date for the exchange of prisoners of war
has n6t Yet been fixed. Thomas tfmtth,
Amcrlsn vice consul at Moscow, sent to
Medvid today several thousand roubles
which had been received from Japan for
the Japanese prisoners there.
Treaty Published la Japan.
TOKIO, Oct. 14 The peace treaty with
Russia went Into effect today. The text of
the treaty was published this afternoon.
It Is believed that the government has
sent an order to Manchurlan headquarters
to. commence the evacuation of Japanese
troops October 11 It is expected that Japan
will effect a complete withdrawal of its
uVoops In six months.
The news that Vice Admiral Togo wor
shipped at lis temple. Is creating a pro
frimd Irrpresflon. It is believed thst his
si t will furnish a lasting example In na-
tlnnal religious education and that an-
c.stml worship will be given fresh stlmu-
lati-in, especially In the army and navy.
Admlrsl Togo has shown Is'- Implicit faith
In lie said la hi Tf - -?ths great
naval lattle when he attributed the Japa-
hese victory to the protection of the spirits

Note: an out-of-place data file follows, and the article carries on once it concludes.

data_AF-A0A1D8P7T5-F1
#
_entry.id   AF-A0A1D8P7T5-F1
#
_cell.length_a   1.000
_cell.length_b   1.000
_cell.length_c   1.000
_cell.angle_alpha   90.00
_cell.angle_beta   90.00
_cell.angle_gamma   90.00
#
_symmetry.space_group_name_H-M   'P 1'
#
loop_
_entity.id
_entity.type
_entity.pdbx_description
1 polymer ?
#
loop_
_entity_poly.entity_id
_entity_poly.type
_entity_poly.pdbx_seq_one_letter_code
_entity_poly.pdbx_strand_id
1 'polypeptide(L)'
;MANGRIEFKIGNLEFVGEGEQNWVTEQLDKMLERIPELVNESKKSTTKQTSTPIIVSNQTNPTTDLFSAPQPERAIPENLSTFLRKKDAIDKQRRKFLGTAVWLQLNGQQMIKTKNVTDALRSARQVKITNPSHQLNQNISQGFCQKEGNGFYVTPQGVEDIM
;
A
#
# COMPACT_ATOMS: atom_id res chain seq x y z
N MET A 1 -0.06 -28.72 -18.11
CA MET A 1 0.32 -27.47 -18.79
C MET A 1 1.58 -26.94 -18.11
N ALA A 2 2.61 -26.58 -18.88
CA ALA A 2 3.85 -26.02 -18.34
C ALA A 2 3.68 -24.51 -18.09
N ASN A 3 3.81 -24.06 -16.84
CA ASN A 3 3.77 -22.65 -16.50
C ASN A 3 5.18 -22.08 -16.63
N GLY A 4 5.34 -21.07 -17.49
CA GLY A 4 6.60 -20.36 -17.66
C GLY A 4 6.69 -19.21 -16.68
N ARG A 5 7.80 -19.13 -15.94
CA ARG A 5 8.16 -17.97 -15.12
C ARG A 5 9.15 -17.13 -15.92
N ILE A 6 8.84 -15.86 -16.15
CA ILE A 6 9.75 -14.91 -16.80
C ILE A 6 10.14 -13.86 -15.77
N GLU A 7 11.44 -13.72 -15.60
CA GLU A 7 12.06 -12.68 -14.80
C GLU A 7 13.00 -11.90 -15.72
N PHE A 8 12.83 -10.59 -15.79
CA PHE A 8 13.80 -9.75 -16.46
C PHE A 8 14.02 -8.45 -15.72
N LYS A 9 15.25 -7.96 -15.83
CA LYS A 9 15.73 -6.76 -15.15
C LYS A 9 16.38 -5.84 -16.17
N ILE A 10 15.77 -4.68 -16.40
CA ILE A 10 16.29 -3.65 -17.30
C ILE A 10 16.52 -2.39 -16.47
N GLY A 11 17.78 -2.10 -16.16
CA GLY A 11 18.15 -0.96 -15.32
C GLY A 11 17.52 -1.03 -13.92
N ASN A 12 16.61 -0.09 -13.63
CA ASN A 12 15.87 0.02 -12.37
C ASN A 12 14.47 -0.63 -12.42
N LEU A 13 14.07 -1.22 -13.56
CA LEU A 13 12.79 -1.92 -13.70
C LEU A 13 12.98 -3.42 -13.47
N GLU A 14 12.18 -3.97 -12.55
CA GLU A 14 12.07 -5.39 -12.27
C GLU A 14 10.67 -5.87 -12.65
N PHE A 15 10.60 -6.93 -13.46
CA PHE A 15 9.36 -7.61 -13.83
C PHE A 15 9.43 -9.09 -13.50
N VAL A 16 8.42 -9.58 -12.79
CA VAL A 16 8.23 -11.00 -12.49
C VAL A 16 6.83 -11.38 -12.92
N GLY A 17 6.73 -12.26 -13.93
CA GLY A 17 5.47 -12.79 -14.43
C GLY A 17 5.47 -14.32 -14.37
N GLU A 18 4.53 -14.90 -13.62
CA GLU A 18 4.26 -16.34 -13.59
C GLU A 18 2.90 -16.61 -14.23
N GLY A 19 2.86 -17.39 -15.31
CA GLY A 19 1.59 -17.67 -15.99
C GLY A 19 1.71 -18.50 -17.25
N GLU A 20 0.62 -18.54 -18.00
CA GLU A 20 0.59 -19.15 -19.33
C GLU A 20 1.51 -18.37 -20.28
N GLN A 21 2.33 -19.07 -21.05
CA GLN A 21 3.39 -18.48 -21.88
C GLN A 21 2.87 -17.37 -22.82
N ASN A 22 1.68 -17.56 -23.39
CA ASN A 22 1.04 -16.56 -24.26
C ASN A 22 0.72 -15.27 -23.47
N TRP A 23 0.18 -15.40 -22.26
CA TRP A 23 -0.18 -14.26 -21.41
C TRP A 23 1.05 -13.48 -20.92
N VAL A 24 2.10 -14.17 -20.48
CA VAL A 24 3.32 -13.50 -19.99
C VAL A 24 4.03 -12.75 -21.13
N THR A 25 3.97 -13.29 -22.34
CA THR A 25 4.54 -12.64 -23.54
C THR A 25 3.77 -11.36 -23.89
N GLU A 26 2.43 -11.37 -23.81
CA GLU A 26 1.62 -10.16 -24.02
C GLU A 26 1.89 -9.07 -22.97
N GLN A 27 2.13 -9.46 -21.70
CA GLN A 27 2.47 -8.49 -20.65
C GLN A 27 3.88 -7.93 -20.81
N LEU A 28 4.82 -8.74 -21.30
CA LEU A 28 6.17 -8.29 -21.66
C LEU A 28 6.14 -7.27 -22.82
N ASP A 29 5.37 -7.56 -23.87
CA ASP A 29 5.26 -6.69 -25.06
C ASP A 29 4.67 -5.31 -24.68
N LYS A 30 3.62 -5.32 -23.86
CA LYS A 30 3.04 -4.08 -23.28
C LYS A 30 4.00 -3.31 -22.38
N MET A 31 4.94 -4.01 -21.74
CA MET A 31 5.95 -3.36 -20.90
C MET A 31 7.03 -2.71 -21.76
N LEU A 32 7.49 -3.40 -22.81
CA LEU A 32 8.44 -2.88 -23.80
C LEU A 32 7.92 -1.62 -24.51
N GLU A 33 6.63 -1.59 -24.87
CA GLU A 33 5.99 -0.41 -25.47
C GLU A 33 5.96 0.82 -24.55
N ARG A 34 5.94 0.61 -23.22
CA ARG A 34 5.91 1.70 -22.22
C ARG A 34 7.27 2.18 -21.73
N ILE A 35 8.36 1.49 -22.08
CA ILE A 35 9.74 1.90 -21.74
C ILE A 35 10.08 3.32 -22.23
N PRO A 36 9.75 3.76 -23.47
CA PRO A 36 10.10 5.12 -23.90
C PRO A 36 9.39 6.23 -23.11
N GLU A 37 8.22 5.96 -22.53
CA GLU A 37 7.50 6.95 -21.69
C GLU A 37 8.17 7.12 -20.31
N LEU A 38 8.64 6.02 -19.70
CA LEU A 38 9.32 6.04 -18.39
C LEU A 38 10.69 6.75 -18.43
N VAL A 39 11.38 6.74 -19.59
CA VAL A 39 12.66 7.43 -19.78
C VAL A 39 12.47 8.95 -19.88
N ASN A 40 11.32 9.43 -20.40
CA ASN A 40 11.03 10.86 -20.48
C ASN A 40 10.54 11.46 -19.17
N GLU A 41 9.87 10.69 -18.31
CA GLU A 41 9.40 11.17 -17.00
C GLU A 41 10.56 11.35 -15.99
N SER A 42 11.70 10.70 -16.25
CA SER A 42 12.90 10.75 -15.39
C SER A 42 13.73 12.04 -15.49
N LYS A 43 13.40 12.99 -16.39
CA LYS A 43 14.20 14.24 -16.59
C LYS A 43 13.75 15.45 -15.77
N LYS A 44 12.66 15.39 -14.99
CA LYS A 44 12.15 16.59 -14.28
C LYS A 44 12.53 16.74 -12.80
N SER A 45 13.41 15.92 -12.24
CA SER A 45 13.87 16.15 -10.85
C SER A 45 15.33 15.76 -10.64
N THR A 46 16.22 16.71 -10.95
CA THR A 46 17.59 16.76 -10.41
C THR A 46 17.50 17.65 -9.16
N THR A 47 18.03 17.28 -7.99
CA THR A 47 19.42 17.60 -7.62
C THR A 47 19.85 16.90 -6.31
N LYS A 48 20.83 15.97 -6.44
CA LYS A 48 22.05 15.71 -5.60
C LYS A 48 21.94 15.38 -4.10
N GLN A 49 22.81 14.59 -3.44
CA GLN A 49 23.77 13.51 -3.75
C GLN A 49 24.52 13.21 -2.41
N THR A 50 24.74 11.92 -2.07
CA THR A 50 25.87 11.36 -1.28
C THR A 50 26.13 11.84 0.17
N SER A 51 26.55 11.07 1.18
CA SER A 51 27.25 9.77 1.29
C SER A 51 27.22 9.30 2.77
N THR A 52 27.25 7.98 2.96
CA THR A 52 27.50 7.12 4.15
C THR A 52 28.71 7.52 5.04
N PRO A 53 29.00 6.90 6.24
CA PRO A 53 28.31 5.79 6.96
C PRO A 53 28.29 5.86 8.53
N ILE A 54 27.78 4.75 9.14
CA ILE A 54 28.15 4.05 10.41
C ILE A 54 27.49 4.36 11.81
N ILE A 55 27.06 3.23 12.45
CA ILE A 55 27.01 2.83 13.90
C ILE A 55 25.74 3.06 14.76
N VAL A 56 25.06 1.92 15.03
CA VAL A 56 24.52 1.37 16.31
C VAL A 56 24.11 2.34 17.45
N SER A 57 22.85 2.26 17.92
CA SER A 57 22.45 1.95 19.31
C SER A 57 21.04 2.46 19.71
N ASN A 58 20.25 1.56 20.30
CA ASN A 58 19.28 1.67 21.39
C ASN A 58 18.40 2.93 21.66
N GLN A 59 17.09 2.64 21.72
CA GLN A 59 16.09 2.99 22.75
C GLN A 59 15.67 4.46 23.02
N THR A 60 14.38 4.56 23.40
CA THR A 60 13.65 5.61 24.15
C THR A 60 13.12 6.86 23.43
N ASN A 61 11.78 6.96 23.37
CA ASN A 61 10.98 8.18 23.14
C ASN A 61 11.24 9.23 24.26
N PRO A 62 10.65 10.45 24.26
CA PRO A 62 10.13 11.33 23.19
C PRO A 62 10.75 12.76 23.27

of Imperial ancestors.
. . ,
American tHeamer Seised.
TOKIQ. Oct. li 10 a. in. The Navy de.
partment has announced the selsure of the
American Steamer Centennial on October
10 in Soya strait.
SAN FRANCISCO, Oct. lS.-The Centen
nial Is an Iron schooner-rigged steamer of
I.0TJ tone. It Is owned by the Charles
Nelson company ef San Francisco. It
sailed from San Franclsoo September 13
for Vladivostok.
Interest Tenters la What Lord Strath
more Has Leurued of Giamls'
Castle. .
LONDON, Oct. 15 (Special Cablegram to
The Ree.)-The arrival at the age of a of
Lord Strathmore, the heir to filamle castle,
and the theory that he -was Informed re
garding the skeleton In the family closet,
the tradition handed down from father to
son regarding " secret of Giamls castle,
has started s ! t deal of discussion rt-
gardlng what
elusion ha ;
cent Burnt t
vlous reason
used in an I
"I do not
thin famous1
on from fat
If Mrs. Fit;
tpr were
tragedies "
histories fe
iecret really Is. No con
en arrived at, but a re
mis castle, who for ob-
lot care to-trave his name
:w, said:
there is much more in
t, supposed to be handed
son, than there would be
rfs celebrated box of let
d at Coutfs bank. The
generation often become
next. The wise precaution
of a century or so soon degenerates into a
traditional survival that Is Invested try out